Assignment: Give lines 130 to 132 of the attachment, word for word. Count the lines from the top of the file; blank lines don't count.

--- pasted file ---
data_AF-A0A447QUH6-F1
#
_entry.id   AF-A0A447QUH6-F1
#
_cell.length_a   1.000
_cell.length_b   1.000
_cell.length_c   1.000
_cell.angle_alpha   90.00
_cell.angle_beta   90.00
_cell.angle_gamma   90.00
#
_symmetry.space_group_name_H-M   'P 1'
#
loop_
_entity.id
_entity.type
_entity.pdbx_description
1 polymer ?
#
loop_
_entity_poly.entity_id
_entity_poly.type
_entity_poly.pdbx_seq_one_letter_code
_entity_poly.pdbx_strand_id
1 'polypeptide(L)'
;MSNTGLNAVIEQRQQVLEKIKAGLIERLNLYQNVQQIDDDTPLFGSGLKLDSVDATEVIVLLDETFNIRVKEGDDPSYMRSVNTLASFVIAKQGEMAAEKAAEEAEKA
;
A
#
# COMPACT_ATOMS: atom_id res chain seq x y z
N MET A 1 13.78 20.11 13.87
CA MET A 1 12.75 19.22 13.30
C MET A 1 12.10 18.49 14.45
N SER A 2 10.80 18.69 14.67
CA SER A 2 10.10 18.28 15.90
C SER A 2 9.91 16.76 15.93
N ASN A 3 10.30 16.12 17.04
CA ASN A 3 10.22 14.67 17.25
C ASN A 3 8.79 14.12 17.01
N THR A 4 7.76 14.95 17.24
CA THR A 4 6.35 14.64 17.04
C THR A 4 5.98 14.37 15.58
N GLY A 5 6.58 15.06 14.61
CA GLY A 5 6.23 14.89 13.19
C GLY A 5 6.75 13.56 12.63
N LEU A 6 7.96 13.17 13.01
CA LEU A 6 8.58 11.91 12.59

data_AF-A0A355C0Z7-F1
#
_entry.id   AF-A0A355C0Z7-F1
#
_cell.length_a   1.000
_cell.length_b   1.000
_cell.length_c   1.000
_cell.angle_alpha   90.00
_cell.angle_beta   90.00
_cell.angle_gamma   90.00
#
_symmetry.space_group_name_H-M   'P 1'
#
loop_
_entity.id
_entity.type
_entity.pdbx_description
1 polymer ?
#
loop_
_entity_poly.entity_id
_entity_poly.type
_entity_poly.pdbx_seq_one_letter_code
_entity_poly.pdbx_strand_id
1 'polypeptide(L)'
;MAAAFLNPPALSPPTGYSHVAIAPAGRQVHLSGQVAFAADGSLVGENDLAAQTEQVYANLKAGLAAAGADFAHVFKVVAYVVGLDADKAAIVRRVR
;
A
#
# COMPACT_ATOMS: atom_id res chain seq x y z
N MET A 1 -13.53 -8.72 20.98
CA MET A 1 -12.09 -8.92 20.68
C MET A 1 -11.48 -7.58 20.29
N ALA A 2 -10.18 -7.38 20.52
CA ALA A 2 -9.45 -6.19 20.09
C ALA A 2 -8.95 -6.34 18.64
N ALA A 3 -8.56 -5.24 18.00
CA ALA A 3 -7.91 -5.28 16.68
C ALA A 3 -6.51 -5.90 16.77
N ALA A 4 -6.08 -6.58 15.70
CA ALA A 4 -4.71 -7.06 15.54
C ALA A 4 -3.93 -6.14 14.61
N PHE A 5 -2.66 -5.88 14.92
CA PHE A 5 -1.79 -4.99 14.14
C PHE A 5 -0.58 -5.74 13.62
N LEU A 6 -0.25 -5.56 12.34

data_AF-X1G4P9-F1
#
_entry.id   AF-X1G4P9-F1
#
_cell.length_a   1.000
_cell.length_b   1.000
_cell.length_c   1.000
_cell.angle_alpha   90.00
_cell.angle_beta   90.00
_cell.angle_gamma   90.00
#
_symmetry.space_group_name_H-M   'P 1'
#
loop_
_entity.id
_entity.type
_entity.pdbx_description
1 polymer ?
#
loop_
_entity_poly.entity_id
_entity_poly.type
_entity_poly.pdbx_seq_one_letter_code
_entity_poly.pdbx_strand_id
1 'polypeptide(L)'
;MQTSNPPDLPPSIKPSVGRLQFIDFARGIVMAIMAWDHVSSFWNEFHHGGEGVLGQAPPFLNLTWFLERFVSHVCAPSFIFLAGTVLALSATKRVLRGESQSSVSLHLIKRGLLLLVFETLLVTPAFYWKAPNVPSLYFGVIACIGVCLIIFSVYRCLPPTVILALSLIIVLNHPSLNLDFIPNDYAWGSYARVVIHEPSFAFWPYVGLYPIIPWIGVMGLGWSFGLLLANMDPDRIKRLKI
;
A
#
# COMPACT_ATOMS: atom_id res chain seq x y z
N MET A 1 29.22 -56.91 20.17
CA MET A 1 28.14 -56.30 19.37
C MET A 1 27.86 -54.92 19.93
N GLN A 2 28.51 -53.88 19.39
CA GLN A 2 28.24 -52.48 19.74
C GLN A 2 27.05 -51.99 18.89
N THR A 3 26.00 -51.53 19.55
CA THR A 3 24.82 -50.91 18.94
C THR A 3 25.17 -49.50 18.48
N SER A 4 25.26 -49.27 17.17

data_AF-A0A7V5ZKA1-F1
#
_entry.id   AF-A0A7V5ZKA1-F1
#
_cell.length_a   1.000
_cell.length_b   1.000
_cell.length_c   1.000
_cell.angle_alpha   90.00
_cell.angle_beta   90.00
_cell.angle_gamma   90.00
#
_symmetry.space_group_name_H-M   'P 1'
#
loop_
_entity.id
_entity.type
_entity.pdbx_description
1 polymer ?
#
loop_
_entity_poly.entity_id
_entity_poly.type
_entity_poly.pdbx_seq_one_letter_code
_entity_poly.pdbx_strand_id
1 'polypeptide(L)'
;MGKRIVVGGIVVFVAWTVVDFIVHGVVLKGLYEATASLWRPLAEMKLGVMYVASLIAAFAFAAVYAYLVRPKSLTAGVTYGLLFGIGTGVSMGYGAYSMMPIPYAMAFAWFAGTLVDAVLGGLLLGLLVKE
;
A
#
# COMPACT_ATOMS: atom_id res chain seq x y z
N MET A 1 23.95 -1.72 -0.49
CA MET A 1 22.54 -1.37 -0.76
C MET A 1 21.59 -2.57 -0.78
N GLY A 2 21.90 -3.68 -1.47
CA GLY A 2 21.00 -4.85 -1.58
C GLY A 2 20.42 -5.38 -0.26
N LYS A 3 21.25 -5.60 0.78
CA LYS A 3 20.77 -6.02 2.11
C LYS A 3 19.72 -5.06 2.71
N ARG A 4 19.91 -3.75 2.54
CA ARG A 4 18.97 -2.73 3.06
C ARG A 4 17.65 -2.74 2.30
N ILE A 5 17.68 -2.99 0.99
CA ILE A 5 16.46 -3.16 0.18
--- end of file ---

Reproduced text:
N THR A 3 26.00 -51.53 19.55
CA THR A 3 24.82 -50.91 18.94
C THR A 3 25.17 -49.50 18.48